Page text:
Security Experts:

Device Manufacturers Working on Patches for Intel Chip Flaws

Acer, Dell, Fujitsu, HPE, Lenovo, Intel and Panasonic are working on releasing patches for the recently disclosed vulnerabilities affecting Intel CPUs, but it could take a while until firmware updates become available to all customers.

After external researchers identified several potentially serious vulnerabilities affecting its Management Engine (ME) and Active Management Technology (AMT), which allow users to remotely manage computers, Intel has decided to conduct a comprehensive review of the products.

The analysis revealed the existence of several vulnerabilities in ME, Trusted Execution Engine (TXE) and Server Platform Services (SPS). The security holes can be leveraged to impersonate the ME, SPS and TXE services and impact the validity of local security feature attestation, execute arbitrary code without being detected by the user or the operating system, and crash the system or make it unstable.

Exploitation is currently not trivial and an attack often requires local access to the vulnerable device. However, remote hacking over the network may be possible as well in certain circumstances, and researchers warned that attacks may become easier to conduct once repeatable exploits are developed.

Intel has made available firmware patches for device manufacturers using its affected processors, which include some Core, Xeon, Atom, Pentium and Celeron CPUs present in millions of systems.

However, it will take some time until all users will receive the necessary patches. Intel itself only expects to release BIOS updates for its affected NUC, Compute Stick, and Compute Card mini PCs and development kits in December. More than 30 device models are impacted by the vulnerabilities.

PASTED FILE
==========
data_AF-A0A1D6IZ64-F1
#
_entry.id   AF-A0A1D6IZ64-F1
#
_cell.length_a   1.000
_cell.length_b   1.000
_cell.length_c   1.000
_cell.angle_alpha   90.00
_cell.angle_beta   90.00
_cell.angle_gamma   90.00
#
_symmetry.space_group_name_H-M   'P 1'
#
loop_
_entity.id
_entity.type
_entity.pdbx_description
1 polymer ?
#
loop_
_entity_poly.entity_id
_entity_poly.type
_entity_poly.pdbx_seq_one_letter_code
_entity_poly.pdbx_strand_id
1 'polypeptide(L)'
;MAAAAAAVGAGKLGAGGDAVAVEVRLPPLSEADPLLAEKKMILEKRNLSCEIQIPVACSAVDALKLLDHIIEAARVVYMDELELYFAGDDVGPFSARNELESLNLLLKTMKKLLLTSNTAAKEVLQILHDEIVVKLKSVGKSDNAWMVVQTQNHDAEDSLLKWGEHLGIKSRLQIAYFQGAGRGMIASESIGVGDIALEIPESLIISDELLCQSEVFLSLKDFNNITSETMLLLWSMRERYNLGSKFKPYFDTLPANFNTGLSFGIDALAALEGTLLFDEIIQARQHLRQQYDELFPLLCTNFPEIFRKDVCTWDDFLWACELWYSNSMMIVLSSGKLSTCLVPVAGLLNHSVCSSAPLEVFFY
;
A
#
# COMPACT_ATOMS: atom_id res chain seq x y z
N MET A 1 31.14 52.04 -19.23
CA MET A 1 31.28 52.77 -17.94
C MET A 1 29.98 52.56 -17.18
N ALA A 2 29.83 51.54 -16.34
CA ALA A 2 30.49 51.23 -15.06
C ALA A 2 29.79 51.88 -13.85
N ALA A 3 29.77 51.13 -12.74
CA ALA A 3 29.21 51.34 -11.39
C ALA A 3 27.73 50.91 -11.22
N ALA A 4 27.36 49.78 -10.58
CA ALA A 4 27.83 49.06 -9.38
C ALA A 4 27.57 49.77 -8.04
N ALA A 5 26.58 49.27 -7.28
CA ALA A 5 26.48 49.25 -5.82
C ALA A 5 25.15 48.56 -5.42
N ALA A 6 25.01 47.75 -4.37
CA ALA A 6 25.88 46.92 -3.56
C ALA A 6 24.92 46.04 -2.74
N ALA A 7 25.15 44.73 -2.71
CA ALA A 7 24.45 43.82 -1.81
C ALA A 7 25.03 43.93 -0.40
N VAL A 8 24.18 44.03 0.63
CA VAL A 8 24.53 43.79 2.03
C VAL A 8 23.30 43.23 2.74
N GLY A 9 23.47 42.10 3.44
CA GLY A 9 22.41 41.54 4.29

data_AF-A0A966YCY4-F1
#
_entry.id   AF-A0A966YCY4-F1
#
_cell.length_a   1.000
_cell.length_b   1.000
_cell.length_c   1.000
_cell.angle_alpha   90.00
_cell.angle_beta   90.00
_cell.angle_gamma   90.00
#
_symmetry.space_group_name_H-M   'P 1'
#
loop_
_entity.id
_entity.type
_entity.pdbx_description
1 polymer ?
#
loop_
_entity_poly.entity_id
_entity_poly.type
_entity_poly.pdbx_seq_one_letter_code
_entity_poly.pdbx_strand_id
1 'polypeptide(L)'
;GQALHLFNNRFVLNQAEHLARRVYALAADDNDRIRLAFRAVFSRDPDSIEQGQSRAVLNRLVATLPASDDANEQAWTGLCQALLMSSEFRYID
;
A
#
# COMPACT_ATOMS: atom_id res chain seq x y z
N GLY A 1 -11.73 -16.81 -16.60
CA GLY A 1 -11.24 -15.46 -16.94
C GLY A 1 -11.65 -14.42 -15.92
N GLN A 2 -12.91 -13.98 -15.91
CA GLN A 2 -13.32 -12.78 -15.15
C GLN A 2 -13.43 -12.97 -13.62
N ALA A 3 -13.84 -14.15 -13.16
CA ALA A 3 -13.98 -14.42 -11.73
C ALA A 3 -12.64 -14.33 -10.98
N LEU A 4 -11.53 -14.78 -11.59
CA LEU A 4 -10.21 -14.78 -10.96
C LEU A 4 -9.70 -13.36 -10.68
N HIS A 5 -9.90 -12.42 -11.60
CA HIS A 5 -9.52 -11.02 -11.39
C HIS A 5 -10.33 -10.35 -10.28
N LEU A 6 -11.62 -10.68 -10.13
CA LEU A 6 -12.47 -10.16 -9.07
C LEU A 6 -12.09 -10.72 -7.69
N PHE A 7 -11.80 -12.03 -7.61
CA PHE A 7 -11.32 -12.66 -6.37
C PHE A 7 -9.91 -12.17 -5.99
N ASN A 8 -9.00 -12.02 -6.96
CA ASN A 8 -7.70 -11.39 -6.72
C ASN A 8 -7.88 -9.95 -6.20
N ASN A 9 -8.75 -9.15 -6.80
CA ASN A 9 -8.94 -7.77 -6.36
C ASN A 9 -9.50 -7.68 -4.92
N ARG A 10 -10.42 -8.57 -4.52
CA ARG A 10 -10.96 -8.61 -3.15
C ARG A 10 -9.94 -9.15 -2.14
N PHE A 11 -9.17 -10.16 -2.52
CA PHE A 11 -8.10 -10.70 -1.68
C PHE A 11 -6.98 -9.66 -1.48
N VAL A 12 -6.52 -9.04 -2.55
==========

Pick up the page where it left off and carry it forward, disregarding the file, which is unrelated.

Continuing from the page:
Acer has published a list of roughly 240 affected notebooks and desktop PCs, including Packard Bell, Gateway, Aspire, Veriton, TravelMate, Predator, and Extensa models. The company has yet to determine when firmware updates will become available.

Dell has published an advisory for laptops and desktop PCs, and a separate advisory for PowerEdge servers. Over 180 laptops and desktop PCs are affected by the security holes, including many Alienware, Inspiron, Latitude, OptiPlex, Precision, Vostro, and XPS models.

Dell expects to release firmware updates for some of the impacted products next month or in January 2018, but for most systems the target date has yet to be determined. In the meantime, the company has advised users to “ensure that systems are physically secured where possible, and follow good security practices to ensure that only authorized personnel have hands-on access to devices.”

Fujitsu has also published an advisory, informing users that more than 30 of its mainboards, 43 Esprimo desktop PCs, 11 Celsius workstations, 10 Primergy servers, and 67 LifeBook, Stylistic and Celsius laptops and tablets are affected. The vendor’s investigation is ongoing so new models could be added to the list at any time.

Updates are already available for some of the impacted Fujitsu products, but a release date has yet to be confirmed for many of them.

HPE has advised users to install the available firmware updates for affected ProLiant and Synergy servers. The company also pointed out that attacks requiring physical access to the motherboard can be detected using the optional hood latch. In addition, attacks should be blocked by the vendor’s Silicon Root of Trust feature, which ensures that unauthorized firmware cannot be run on a machine.

Lenovo has already released patches for many of its products and more updates are expected to become available this week.

Panasonic has also published an advisory to inform customers that its rugged laptops and tablets are affected by the vulnerabilities in Intel chips. Some of the impacted devices will receive updates in January 2018.

Intel has released a tool that can be used to check if a system is affected by the vulnerabilities.

view counter
Eduard Kovacs (@EduardKovacs) is a contributing editor at SecurityWeek. He worked as a high school IT teacher for two years before starting a career in journalism as Softpedia’s security news reporter. Eduard holds a bachelor’s degree in industrial informatics and a master’s degree in computer techniques applied in electrical engineering.